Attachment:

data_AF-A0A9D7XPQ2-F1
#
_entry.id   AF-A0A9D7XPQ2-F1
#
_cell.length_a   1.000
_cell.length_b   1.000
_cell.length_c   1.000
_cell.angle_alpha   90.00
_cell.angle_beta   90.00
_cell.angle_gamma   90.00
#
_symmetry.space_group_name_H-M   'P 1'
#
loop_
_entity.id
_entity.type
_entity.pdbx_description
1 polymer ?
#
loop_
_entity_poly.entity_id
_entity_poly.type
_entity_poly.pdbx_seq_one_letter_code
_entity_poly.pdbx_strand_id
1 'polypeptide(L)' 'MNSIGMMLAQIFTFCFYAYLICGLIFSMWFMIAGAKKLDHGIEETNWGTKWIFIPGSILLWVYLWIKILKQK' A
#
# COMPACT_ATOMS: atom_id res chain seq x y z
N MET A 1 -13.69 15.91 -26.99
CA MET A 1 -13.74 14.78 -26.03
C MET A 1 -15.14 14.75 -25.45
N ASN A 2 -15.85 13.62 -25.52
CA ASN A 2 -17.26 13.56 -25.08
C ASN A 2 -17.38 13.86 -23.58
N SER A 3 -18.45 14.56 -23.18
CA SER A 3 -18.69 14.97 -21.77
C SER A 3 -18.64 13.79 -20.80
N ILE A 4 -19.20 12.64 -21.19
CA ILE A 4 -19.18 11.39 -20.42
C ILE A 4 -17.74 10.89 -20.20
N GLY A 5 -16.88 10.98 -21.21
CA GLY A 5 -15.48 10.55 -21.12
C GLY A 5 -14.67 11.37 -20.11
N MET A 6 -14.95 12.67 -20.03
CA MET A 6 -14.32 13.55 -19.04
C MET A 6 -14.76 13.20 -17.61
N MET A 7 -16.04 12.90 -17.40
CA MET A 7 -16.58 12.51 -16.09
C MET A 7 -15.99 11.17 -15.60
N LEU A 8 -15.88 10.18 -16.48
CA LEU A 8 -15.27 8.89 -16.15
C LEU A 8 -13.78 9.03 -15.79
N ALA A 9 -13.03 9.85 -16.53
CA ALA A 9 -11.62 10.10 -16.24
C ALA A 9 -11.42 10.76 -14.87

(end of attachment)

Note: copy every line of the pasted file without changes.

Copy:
data_AF-A0A9D7XPQ2-F1
#
_entry.id   AF-A0A9D7XPQ2-F1
#
_cell.length_a   1.000
_cell.length_b   1.000
_cell.length_c   1.000
_cell.angle_alpha   90.00
_cell.angle_beta   90.00
_cell.angle_gamma   90.00
#
_symmetry.space_group_name_H-M   'P 1'
#
loop_
_entity.id
_entity.type
_entity.pdbx_description
1 polymer ?
#
loop_
_entity_poly.entity_id
_entity_poly.type
_entity_poly.pdbx_seq_one_letter_code
_entity_poly.pdbx_strand_id
1 'polypeptide(L)' 'MNSIGMMLAQIFTFCFYAYLICGLIFSMWFMIAGAKKLDHGIEETNWGTKWIFIPGSILLWVYLWIKILKQK' A
#
# COMPACT_ATOMS: atom_id res chain seq x y z
N MET A 1 -13.69 15.91 -26.99
CA MET A 1 -13.74 14.78 -26.03
C MET A 1 -15.14 14.75 -25.45
N ASN A 2 -15.85 13.62 -25.52
CA ASN A 2 -17.26 13.56 -25.08
C ASN A 2 -17.38 13.86 -23.58
N SER A 3 -18.45 14.56 -23.18
CA SER A 3 -18.69 14.97 -21.77
C SER A 3 -18.64 13.79 -20.80
N ILE A 4 -19.20 12.64 -21.19
CA ILE A 4 -19.18 11.39 -20.42
C ILE A 4 -17.74 10.89 -20.20
N GLY A 5 -16.88 10.98 -21.21
CA GLY A 5 -15.48 10.55 -21.12
C GLY A 5 -14.67 11.37 -20.11
N MET A 6 -14.95 12.67 -20.03
CA MET A 6 -14.32 13.55 -19.04
C MET A 6 -14.76 13.20 -17.61
N MET A 7 -16.04 12.90 -17.40
CA MET A 7 -16.58 12.51 -16.09
C MET A 7 -15.99 11.17 -15.60
N LEU A 8 -15.88 10.18 -16.48
CA LEU A 8 -15.27 8.89 -16.15
C LEU A 8 -13.78 9.03 -15.79
N ALA A 9 -13.03 9.85 -16.53
CA ALA A 9 -11.62 10.10 -16.24
C ALA A 9 -11.42 10.76 -14.87